• Negotiate with (and trick) yourself. I would eat a Bar One every day if I could, and I tell myself that I can – I just don’t want to. See how you can trick yourself? I tell myself I can eat whatever I want when I want it, but I also know what I want to achieve so I weigh up the situation and decide when will be the best time to do it. Fact – eat a chocolate everyday and you will not see progress. So this is the other side of the argument in my head when faced with the question of whether I’m going to eat unhealthy or not. Most times you let the good side win, otherwise you won’t see results. And sometimes you decide to go with it and take a little longer to get to your goal – it’s a negotiation with yourself daily. As long as you make the better choice more often than the unhealthy choice and you accept the consequences of the decision you will be fine. This helps a lot with cravings for me, thinking I can eat anything I want I just choose not to.
  • Don’t waste the little sugar you are allowed to have. Soda for me personally is a waste, I don’t need it and if I need to choose whether I’m going to have a chocolate later or a soda now (juice included), I would always rather opt for the chocolate later and have water. Choose what you are willing to give up and stick to it. Rather save your sugar for the treats you really want, don’t say yes to everything. Once you get used to living without the options you are willing to give up, you won’t miss it and would appreciate the ones you do allow more. You need to make some sacrifices, make peace with it.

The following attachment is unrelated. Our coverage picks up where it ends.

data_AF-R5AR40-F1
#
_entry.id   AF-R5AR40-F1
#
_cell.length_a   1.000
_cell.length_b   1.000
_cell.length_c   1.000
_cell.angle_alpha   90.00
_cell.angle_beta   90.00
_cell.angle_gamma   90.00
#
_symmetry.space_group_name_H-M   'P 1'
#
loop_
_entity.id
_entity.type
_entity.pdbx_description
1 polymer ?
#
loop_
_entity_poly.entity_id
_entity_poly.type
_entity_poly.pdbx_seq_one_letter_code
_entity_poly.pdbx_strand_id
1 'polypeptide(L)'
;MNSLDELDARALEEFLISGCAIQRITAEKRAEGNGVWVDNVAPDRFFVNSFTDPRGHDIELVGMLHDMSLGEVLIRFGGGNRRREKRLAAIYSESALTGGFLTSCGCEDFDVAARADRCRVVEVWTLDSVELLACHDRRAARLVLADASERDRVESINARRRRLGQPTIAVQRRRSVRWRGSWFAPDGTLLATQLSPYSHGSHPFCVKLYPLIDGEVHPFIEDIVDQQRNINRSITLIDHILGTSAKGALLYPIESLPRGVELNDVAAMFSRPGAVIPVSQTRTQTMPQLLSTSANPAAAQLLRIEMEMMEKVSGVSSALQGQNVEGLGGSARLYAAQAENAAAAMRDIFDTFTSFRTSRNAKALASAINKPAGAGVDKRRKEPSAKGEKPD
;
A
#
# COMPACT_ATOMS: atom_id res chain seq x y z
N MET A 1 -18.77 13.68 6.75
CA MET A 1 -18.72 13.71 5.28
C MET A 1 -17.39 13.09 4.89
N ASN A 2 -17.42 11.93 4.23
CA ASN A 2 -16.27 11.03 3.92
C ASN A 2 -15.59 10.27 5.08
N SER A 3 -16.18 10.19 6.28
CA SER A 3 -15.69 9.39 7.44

• Plan your meals. It’s much easier to stick to your plan if you have a plan! Often bad food choices are the result of not knowing what else you can eat so you grab the most convenient option which almost never is the right one. Get into the habit of planning your meals for the week and doing some prepping, it might seem like effort the first few times but once you see how easy and convenient it is to have a healthy plate of food ready when you need it you’ll never go back to the old way of doing things.

Too much sugar is not healthy and you will not make progress with your weight loss and toning efforts if you don’t make some adjustments to your diet. Remember sugar is a form of carbohydrates so when I refer to sugar it is not only the obvious ones in sweets but also refined carbs we eat like pastries, pasta, white bread, etc.

Find what strategy works for you and just always try to do a little better each week. Don’t be too hard on yourself, it’s not easy and just for trying you are a super star. Give yourself some credit. We are in this struggle together. Just keep going long enough for you to see and feel the difference – it will be much easier once you see how sugar affects your body, mood and long term energy.

Don’t give up before you reap the rewards of your efforts. Take it day by day and make each decision based on what’s most important to you. Keep your eye on the prize.

(Sorry for all the reference to chocolate, it’s my weak point so easy for me to make examples using it)